wherein R1 and R2 are independently selected from the group consisting of alkyl groups having from 1 to 3 carbon atoms and hydroxyalkyl groups having from 1 to 3 carbon atoms and R3 is selected from the group consisting of 4- to 8-membered cycloalkyl groups, optionally substituted by 1 to 3 alkyl groups having from 1 to 3 carbon atoms; and 4- to 8-membered heterocyclic groups having from 1 to 3 heteroatoms, said heterocyclic groups being, optionally, substituted by 1 to 3 alkyl groups having from 1 to 3 carbon atoms and the heteroatoms in said heterocyclic groups being selected from the group consisting of O, N, and S. Preferably, the directing agent is selected from N,N-dimethyl-cyclohexylamine, N,N-dimethyl-methyl-cyclohexylamine, N,N-dimethyl-cyclopentylamine, N,N-dimethyl-methyl-cyclopentylamine, N,N-dimethyl-cycloheptylamine, N,N-dimethyl-methylcyclo-heptylamine, and most preferably is N,N-dimethyl-cyclohexylamine. The synthesis can be effected with or without the presence of fluoride ions.

In a paper entitled “Templates in the transformation of zeolites to organozeolites. Cubic P conversions”, ACS Symposium Series (1990), 437 (Novel Mater. Heterog. Catal.), 14 to 24, Zones et al. disclose that the treatment of low-silica zeolite P with a RMe3NI directing agent, where R is cyclohexyl, 2- or 3-methylcyclohexyl; 2-exo- or 2-endo-norbornyl, 2-bicyclo[3.2.1]octyl, 9-bicyclo[3.3.1]nonyl, or 1- or 2-adamantyl, leads to the crystallization of high-silica SSZ-13 containing the directing agent.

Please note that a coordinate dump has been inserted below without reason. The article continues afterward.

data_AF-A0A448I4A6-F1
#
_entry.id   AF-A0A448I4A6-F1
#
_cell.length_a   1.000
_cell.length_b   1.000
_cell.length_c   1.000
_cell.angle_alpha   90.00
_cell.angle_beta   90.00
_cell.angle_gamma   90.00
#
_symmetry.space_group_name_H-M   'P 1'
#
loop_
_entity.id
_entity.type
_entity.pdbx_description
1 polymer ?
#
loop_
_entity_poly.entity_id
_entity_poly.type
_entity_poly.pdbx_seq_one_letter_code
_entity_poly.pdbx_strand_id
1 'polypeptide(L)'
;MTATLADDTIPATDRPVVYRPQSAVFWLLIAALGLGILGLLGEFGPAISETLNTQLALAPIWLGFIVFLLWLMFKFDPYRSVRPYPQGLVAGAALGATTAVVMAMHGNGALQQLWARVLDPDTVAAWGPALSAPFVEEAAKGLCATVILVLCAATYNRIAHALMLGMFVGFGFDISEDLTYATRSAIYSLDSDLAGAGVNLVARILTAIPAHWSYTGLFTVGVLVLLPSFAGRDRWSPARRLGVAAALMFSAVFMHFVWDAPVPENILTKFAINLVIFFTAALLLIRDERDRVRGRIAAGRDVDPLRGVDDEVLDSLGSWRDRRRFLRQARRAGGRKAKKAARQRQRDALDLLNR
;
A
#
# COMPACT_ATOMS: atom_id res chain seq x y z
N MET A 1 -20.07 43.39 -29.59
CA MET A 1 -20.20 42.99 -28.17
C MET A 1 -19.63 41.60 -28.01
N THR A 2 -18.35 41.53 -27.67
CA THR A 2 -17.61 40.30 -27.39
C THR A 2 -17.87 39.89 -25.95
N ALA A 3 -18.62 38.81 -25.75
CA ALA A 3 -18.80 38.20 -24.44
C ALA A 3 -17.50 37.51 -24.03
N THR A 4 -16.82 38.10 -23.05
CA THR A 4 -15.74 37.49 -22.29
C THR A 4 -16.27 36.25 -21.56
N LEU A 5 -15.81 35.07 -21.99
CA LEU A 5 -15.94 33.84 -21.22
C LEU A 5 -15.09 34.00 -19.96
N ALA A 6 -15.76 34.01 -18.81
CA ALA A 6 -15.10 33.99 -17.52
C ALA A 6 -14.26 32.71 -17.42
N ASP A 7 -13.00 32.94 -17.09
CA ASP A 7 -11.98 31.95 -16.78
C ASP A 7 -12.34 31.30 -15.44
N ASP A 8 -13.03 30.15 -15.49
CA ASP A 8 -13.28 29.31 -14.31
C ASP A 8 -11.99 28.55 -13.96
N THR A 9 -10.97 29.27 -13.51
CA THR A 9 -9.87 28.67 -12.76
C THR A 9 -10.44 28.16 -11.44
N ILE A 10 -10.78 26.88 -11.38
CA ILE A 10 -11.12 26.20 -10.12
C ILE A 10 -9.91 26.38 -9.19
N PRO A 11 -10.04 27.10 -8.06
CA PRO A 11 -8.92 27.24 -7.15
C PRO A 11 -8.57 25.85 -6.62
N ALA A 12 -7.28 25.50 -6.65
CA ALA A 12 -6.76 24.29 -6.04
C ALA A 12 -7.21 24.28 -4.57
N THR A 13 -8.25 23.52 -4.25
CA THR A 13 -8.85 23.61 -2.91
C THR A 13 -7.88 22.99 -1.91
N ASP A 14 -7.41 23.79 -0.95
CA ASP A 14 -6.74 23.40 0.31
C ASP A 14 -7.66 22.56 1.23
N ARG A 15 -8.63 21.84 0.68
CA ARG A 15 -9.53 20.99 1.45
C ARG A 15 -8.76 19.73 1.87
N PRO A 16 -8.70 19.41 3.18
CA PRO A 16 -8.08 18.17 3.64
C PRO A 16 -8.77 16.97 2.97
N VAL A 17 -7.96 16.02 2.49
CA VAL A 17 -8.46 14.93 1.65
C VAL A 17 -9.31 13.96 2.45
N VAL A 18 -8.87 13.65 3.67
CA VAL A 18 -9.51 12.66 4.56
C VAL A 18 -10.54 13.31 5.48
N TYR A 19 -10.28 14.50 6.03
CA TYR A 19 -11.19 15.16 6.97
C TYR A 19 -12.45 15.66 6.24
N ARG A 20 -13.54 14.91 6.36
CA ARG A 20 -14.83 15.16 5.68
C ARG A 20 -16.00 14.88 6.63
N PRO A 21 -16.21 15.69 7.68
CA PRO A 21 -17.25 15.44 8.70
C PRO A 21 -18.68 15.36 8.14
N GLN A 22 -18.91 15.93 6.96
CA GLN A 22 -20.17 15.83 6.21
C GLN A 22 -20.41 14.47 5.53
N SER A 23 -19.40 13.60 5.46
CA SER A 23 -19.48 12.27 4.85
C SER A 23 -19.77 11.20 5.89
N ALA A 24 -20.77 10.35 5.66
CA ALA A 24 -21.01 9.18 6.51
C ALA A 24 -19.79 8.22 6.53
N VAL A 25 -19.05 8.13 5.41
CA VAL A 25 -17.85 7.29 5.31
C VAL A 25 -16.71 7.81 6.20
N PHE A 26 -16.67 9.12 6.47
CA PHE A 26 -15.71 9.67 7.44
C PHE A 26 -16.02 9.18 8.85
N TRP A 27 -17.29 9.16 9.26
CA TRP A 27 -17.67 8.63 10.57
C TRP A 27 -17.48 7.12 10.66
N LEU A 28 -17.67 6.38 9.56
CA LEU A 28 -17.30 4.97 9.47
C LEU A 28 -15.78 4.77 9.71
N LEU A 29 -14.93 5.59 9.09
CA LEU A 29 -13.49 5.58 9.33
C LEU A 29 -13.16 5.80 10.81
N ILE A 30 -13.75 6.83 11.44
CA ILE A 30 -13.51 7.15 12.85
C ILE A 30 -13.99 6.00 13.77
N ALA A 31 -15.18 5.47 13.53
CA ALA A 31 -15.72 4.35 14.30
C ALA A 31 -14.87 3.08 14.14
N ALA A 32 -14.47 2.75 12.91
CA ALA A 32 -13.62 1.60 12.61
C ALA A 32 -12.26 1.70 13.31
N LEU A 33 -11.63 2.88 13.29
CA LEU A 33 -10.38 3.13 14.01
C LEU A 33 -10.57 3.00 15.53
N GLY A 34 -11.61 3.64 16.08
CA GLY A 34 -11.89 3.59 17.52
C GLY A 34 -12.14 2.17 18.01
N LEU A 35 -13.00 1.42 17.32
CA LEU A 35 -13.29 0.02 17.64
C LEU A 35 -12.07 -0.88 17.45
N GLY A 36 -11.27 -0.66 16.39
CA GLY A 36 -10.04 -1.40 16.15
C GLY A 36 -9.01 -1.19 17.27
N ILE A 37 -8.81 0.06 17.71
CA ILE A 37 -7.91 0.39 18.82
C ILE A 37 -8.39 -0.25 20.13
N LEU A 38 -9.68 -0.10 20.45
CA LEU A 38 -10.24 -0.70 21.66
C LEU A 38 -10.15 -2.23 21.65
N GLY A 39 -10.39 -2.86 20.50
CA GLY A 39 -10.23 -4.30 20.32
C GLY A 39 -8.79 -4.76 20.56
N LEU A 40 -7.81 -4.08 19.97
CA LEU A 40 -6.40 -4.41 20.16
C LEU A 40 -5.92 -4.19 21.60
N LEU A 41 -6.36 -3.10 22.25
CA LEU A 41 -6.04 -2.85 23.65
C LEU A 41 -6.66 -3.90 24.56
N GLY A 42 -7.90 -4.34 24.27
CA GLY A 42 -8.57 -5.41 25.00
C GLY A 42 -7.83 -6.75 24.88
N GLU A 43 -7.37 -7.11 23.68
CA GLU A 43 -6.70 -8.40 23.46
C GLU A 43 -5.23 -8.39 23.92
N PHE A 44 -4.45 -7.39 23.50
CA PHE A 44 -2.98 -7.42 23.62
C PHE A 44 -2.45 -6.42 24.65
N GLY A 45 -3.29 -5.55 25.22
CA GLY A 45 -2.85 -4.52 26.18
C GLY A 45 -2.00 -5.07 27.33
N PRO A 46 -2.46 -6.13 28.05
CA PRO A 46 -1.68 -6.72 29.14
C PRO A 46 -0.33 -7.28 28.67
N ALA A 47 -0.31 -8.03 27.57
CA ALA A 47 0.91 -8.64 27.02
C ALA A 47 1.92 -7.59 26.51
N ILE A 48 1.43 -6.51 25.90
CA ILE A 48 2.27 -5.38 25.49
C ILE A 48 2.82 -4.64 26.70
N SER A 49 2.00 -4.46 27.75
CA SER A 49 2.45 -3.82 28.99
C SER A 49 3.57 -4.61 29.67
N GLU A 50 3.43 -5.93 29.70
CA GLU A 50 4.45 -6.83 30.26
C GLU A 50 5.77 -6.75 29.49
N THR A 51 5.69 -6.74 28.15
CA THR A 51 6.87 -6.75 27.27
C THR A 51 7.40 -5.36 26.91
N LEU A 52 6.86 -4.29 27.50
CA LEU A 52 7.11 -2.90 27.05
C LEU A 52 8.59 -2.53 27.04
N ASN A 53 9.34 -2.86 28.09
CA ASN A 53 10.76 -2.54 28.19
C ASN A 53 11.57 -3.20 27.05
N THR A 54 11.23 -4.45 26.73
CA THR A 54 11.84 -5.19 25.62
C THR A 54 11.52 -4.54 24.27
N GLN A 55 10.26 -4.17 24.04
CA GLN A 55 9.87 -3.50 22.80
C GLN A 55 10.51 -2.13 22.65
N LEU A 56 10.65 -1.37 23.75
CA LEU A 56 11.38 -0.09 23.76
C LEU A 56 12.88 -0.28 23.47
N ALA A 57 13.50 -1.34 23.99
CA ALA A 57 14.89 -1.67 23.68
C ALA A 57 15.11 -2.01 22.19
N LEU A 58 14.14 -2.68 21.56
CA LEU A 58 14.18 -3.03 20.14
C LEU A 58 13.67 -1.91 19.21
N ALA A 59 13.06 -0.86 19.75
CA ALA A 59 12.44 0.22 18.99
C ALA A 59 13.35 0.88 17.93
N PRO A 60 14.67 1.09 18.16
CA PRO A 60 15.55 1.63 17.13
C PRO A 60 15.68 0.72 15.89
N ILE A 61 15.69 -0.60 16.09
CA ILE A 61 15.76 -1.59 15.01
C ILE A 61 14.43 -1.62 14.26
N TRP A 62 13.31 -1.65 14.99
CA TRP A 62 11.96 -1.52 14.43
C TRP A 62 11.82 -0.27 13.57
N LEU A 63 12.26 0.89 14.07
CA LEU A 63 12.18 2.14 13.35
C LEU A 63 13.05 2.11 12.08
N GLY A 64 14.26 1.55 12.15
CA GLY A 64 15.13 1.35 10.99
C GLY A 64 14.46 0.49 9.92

Regular crystalline molecular sieves, such as CHA framework-type materials, are built from structurally invariant building units, called Periodic Building Units, and are periodically ordered in three dimensions. However, disordered structures showing periodic ordering in less than three dimensions are also known. One such disordered structure is a disordered planar intergrowth in which the repeated building units from more than one framework type, e.g., both CHA and AEI, are present. In addition, for certain molecular sieves, the building units can exist in mirror image forms, which can result in stacking faults where a sequence of building units of one mirror image form intersects a sequence of building units of the opposite mirror image form.

U.S. Pat. No. 6,334,994, incorporated herein by reference, discloses a silicoaluminophosphate molecular sieve, referred to as RUW-19, which is said to be an AEI/CHA mixed phase composition. In particular, RUW-19 is reported as having peaks characteristic of both CHA and AEI framework-type molecular sieves, except that the broad feature centered at about 16.9 (2θ) in RUW-19 replaces the pair of reflections centered at about 17.0 (2θ) in AEI materials and RUW-19 does not have the reflections associated with CHA materials centered at 2θ values of 17.8 and 24.8.